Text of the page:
Twenty years ago

| February 17, 2011 | 26 Comments

Twenty years ago, 1st Battalion, 41st Infantry attached to the Third Brigade of the 1st Infantry Division (from the Third Brigade of the 2d Armored Division (Forward)), was the only US unit in Iraq. We were fifteen clicks from the Saudi border, screening for the sweep east of Schwartzkopf’s “Hail Mary” strategy. For two days we had been watched by Iraqis and had a little contact. with some reconnaissance elements. However on February 17th, my gunner spotted 5 T-55s about 1500 meters in front of our defilade position and I called for indirect fire. The first response came from an Apache unit. The pilot ignored his instruments and fired the wrong grid coordinate, directly to my west, striking two vehicles in our own Scout platoon anchoring our far west flank.

COB6 was the platoon leader of the platoon between my platoon and the Scout elements. Despite the orders of our company commander (a phrase that I use in several other stories involving COB6 and our commander), COB6 pulled his vehicle off the line and rushed to the burning vehicles (An M3 and and an M113 from the GSR unit). COB6 and his crew pulled the broken bodies from the vehicles with burning ammunition exploding around him and shielded the injured Scouts with his own body. Two of those scouts were dead, but three others owe their lives to COB6 and his crew.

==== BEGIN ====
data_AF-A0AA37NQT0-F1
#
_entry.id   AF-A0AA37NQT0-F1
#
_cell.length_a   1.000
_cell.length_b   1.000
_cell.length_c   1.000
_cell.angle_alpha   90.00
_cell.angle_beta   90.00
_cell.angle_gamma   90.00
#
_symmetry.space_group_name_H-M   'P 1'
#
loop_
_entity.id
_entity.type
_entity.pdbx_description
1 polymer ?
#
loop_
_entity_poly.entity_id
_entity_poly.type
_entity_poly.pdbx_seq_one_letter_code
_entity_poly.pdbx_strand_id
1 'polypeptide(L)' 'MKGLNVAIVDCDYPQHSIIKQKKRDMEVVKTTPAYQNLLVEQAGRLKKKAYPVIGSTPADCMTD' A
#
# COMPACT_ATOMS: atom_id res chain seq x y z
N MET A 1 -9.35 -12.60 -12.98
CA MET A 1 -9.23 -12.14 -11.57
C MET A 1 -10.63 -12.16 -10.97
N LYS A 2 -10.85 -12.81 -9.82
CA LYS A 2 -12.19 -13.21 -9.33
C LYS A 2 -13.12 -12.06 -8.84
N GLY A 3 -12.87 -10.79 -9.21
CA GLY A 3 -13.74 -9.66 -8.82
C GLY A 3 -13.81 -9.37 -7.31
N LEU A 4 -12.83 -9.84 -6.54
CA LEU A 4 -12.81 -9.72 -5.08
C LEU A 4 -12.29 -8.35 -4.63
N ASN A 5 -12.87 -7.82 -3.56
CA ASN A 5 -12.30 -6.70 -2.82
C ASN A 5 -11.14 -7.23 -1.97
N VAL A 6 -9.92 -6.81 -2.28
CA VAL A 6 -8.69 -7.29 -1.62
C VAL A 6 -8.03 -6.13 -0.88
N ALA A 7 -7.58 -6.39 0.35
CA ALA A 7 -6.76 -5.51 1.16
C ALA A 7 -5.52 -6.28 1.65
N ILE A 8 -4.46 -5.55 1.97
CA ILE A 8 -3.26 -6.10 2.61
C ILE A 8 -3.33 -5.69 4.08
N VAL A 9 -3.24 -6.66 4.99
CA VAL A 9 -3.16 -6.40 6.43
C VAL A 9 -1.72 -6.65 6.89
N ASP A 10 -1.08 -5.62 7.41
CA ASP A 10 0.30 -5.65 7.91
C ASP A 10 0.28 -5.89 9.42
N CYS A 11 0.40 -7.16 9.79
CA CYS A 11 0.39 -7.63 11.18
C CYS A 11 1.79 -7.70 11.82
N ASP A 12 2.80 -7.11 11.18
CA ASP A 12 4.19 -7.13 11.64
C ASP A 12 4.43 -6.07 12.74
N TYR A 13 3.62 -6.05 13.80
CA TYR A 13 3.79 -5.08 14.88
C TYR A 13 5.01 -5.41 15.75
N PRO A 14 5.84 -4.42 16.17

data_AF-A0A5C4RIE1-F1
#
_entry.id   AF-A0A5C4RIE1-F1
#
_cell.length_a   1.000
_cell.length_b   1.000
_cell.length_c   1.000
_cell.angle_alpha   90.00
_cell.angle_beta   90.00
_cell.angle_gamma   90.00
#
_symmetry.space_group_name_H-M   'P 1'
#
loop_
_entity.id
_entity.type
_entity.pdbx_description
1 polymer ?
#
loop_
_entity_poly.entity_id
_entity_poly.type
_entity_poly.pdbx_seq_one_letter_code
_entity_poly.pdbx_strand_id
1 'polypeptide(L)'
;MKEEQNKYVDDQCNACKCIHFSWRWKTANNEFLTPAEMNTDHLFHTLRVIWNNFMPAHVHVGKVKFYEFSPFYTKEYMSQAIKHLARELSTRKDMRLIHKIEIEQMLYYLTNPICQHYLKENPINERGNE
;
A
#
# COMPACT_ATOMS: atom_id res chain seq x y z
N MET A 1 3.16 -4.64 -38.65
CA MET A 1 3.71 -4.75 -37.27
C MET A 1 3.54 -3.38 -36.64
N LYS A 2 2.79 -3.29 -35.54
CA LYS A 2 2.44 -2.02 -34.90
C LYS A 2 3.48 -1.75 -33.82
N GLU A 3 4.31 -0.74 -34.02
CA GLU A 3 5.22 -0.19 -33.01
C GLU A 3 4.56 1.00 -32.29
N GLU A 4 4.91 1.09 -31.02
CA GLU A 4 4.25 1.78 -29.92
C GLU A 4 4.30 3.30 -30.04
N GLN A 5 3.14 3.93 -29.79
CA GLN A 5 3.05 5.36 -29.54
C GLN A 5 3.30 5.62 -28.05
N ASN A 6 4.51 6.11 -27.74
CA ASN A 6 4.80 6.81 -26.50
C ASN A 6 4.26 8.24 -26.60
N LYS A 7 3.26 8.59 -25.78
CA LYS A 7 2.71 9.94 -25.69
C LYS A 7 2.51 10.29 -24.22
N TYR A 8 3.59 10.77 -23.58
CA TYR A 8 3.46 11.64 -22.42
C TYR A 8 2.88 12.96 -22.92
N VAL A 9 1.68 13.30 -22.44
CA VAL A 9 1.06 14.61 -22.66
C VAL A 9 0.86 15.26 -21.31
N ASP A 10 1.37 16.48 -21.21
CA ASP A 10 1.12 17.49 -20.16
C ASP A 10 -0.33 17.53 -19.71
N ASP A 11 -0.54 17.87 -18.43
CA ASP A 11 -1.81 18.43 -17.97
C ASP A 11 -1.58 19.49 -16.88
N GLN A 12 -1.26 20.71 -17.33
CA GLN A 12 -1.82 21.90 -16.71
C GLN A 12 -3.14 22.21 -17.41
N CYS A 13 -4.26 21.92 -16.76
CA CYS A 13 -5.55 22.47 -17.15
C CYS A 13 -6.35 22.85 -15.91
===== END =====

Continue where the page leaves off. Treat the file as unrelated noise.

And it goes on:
Needless to say we stopped calling for Apaches and after slamming two TOWs into a berm about a hundred meters in front of us, we used artillery fire. My first ever call for indirect fire in total darkness. The following morning, M1s found the T-55s 5000 meters north of the spot my gunner had spotted them.

And, oh, yeah, my granddaughter celebrates her 20th birthday today, too.

Category: War Stories

Loading Facebook Comments ...

Comments (28)

Trackback URL | Comments RSS Feed

  1. Old Trooper says:

    I remember seeing that footage back then. I also remember when you first told the story of what happened. Sad time, indeed, but it also shows what COB6 is made of. I’ll tip one to COB6 this evening. Good on ya.

  2. jerry says:

    Thanks for serving,
    Always Faithful
    Never Forget
    Jerry

  3. BooRadley says:

    Jonn,
    Your rememberance of this every year is an important contribution to TAH and the veterans comunity at large. Men stumble on your …years ago… posts all throughout the year, usually in the middle of the night, presumably searching for something relating to that night. It’s so hard, yet so important to read those posts, also.
    God Bless you, my friend.
    Amy

  4. Old Tanker says:

    We were off to your east not to far when we got word…chain of command used the incident to great effect in reminding us to watch what the hell we were doing…the good lesson was that we didn’t have a friendly fire incident the whole time.

  5. thebronze says:

    Sad, all the way around.

    RIP Warriors…

  6. Chuck Z says:

    Toast of the Army, Favorite Son!
    Hail to the brave Big Red One!
    Always the first to thirst for a fight.
    No foe shall challenge our right to victory.
    We take the field,
    A grand sight to see.
    Pride of the Infantry.
    Men of the great division,
    Courage is our tradition,
    Forward the Big Red One!

  7. pontiff alex says:

    ALWAYS grateful, NEVER EVER,FORGET…..

  8. PintoNag says:

    Can never thank you enough for all that you have done. All of you are always in my prayers. God Bless.

  9. Old Tanker says:

    Jonn

    I had a buddy, Charles Rice, that was in 3rd Brigade, 2nd AD…they were being deactivated just before the war so you got a brigade and I believe another brigade was attached to a Marine Division…